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The appeal of many films in the horror genre is the settings in which they take place, a long running staple that sees filmmakers ever crafting their stories around peculiar homes, mansions, academies, and more, each, in the right hands, becoming a kind of character of their own. With this latest in the horror-thriller film, Havenhurst, the building is the horror, a kind of sin-checker house that keeps tenants on the up-and-up, or else. The premise is catchy and there are some genuine good moments, even if it starts to disappoint as it reaches its end.
It begins with one such tenant, Danielle (Danielle Harris), apparently not on the straight and narrow as she ends up swallowed up the elevator shaft, never to be seen again. This prompts her best friend Jackie (Julie Benz), a recovering alcoholic and neglectful parent who is looking for a fresh start on her own, to look for answers. After her counselor refers her to Havenhurst, she ends up assigned to her friend’s apartment. Using the opportunity, she moves into the furnished place while secretly investigating what happened to Danielle with a detective named Tim (Josh Stamberg).
Things are creepy right from the start for Jackie, with the building super, Ezra (Matt Lasky) looming about with accusing eyes, and then a meeting with his mother Elanor (Fionnula Flanagan), the building owner who runs the apartment as a rehabilitation home for those in need. She makes it clear that anyone is welcome to the healing walls of the building for the rest of their lives but stray even a bit and their stay is terminated. Jackie comes to find out that she means it quite literally.
Written and directed by Andrew C. Erin, Havenhurst likes its mystery as much as its horror, attempting to spin a sort of puzzle-like story out of the admittedly intriguing premise, especially in the first half as it rolls out its numerous troubling characters and their shortcomings, of which some are truly decrepit. The house acts as a sort of ultimate cleanser that sees a single infraction as reason to unleash the most capital of punishments, the whole estate rigged up like a death trap waiting for victims to slip off the path of righteousness.
The harbinger of all this is Jed (Douglas Tait), a lurching, pale-skinned, hellion decked out in all the expected horror sadomasochist accouterment who maintains a sort of basement abattoir, severely punishing those who break the rules. And it’s for this reason that Jackie takes to doing so in hopes of solving the mystery. She’s befriended by a little girl named Sarah (Belle Shouse), the foster child of one of the tenants who, like Newt in Aliens (1986) survives the horrors by knowing all the secret passageways and lay of the land.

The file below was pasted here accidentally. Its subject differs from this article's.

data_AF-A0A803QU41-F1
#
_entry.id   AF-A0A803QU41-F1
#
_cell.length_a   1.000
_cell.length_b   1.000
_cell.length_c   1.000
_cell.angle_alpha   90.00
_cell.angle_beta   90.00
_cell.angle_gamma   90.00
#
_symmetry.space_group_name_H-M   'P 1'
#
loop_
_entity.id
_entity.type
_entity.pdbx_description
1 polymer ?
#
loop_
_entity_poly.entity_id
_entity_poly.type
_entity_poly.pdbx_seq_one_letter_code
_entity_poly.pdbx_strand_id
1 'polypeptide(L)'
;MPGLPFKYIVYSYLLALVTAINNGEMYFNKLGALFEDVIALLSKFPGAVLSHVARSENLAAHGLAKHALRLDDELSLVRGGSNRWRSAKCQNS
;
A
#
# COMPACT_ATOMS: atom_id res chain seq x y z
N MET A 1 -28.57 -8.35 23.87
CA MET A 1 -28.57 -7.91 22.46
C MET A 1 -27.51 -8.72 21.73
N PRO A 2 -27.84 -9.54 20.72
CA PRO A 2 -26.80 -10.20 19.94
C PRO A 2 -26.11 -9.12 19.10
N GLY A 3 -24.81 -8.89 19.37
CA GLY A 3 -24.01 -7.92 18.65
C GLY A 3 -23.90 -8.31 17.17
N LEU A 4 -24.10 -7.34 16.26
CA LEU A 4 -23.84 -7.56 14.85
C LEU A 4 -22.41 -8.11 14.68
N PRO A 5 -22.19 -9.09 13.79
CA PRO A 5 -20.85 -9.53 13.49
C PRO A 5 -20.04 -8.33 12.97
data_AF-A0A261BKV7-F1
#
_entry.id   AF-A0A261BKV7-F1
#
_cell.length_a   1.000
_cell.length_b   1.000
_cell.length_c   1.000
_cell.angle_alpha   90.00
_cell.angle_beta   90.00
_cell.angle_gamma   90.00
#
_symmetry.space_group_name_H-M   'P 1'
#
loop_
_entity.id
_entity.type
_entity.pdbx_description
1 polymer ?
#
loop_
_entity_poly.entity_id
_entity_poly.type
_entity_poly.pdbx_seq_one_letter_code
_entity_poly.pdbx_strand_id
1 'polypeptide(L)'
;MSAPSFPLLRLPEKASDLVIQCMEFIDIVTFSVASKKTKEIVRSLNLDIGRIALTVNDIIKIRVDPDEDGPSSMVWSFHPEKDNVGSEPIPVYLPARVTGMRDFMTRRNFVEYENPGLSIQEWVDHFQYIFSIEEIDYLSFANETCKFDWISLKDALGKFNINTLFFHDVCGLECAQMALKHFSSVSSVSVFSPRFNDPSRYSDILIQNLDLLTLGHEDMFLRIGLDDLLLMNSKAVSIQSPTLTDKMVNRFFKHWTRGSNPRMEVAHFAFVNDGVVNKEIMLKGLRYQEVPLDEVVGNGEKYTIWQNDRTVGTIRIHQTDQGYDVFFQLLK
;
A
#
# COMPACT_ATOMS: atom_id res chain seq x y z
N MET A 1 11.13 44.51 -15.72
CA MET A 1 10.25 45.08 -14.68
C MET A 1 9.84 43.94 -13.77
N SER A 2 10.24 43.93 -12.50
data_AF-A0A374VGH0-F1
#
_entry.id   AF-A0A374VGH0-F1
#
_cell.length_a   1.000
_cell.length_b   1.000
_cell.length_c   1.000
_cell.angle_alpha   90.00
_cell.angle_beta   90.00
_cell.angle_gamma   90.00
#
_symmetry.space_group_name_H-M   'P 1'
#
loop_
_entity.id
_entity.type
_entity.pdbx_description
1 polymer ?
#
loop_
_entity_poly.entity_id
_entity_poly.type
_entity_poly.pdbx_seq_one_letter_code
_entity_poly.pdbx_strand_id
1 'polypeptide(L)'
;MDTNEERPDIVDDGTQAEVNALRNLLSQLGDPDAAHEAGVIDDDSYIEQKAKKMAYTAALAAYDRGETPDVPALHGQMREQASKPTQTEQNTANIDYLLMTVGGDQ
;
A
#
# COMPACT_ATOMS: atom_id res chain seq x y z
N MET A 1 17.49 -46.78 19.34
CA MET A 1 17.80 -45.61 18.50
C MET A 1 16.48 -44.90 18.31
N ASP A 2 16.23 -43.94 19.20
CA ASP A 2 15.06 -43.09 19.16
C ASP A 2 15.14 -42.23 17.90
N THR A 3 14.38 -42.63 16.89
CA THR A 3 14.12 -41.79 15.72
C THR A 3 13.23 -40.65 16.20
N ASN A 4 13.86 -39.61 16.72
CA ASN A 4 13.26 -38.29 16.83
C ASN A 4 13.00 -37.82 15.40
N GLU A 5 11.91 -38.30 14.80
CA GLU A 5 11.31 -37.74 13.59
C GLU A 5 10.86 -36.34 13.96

The film actually has some decent mystery to it and the investigative angles are clever, but there are issues, especially with its all too obvious themes of sinners and Hell and some lapses in logic. There’s a decided lack of momentum as the story progresses as well, and as the puzzles unravel, interest wanes as clichés persist and a generic last act has the film abandoning smarts for hunt and hunter slasher standards. The booby-trapped house becomes increasingly more contrived and while Erin sets up some good sequences, the repeated shots of a steadily slow-approaching stalker and its accompanying overly bombastic score begin to weigh.
That said, Havenhurst does have some surprises, with a few moments that play into the genre well, and there is a sense that Erin might be toying with the tropes that have come to define the like even as he indulges. How else to explain Flanagan’s almost parodic performance? There is an ending that for most will be easy to spot well before it happens and looks to set up a sequel (of course), but it also feels just about run out of ideas at the same time, leaving it to become more like the Saw franchise than something more impactful (*Note, the film is produced by the makers of Saw). A decent horror distraction, this is just what is aims to be.